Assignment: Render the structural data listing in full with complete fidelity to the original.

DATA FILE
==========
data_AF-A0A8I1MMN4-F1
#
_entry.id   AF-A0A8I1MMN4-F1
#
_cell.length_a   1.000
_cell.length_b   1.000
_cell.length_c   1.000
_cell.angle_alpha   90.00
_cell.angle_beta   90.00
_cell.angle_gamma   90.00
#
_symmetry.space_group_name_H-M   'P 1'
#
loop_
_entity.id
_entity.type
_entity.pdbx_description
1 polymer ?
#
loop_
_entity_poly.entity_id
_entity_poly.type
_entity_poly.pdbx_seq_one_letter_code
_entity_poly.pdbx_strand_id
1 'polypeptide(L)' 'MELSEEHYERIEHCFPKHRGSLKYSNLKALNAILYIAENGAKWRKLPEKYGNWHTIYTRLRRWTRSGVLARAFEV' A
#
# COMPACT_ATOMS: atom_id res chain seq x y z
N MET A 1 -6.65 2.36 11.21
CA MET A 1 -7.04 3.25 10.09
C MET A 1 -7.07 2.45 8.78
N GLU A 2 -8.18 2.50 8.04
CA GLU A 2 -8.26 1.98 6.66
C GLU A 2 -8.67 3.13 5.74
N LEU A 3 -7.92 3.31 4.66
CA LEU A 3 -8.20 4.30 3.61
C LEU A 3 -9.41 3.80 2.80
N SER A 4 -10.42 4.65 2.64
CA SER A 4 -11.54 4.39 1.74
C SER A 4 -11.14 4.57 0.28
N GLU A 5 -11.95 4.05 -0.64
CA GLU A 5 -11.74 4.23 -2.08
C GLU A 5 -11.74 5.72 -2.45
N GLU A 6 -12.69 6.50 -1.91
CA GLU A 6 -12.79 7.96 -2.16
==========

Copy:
data_AF-A0A8I1MMN4-F1
#
_entry.id   AF-A0A8I1MMN4-F1
#
_cell.length_a   1.000
_cell.length_b   1.000
_cell.length_c   1.000
_cell.angle_alpha   90.00
_cell.angle_beta   90.00
_cell.angle_gamma   90.00
#
_symmetry.space_group_name_H-M   'P 1'
#
loop_
_entity.id
_entity.type
_entity.pdbx_description
1 polymer ?
#
loop_
_entity_poly.entity_id
_entity_poly.type
_entity_poly.pdbx_seq_one_letter_code
_entity_poly.pdbx_strand_id
1 'polypeptide(L)' 'MELSEEHYERIEHCFPKHRGSLKYSNLKALNAILYIAENGAKWRKLPEKYGNWHTIYTRLRRWTRSGVLARAFEV' A
#
# COMPACT_ATOMS: atom_id res chain seq x y z
N MET A 1 -6.65 2.36 11.21
CA MET A 1 -7.04 3.25 10.09
C MET A 1 -7.07 2.45 8.78
N GLU A 2 -8.18 2.50 8.04
CA GLU A 2 -8.26 1.98 6.66
C GLU A 2 -8.67 3.13 5.74
N LEU A 3 -7.92 3.31 4.66
CA LEU A 3 -8.20 4.30 3.61
C LEU A 3 -9.41 3.80 2.80
N SER A 4 -10.42 4.65 2.64
CA SER A 4 -11.54 4.39 1.74
C SER A 4 -11.14 4.57 0.28
N GLU A 5 -11.95 4.05 -0.64
CA GLU A 5 -11.74 4.23 -2.08
C GLU A 5 -11.74 5.72 -2.45
N GLU A 6 -12.69 6.50 -1.91
CA GLU A 6 -12.79 7.96 -2.16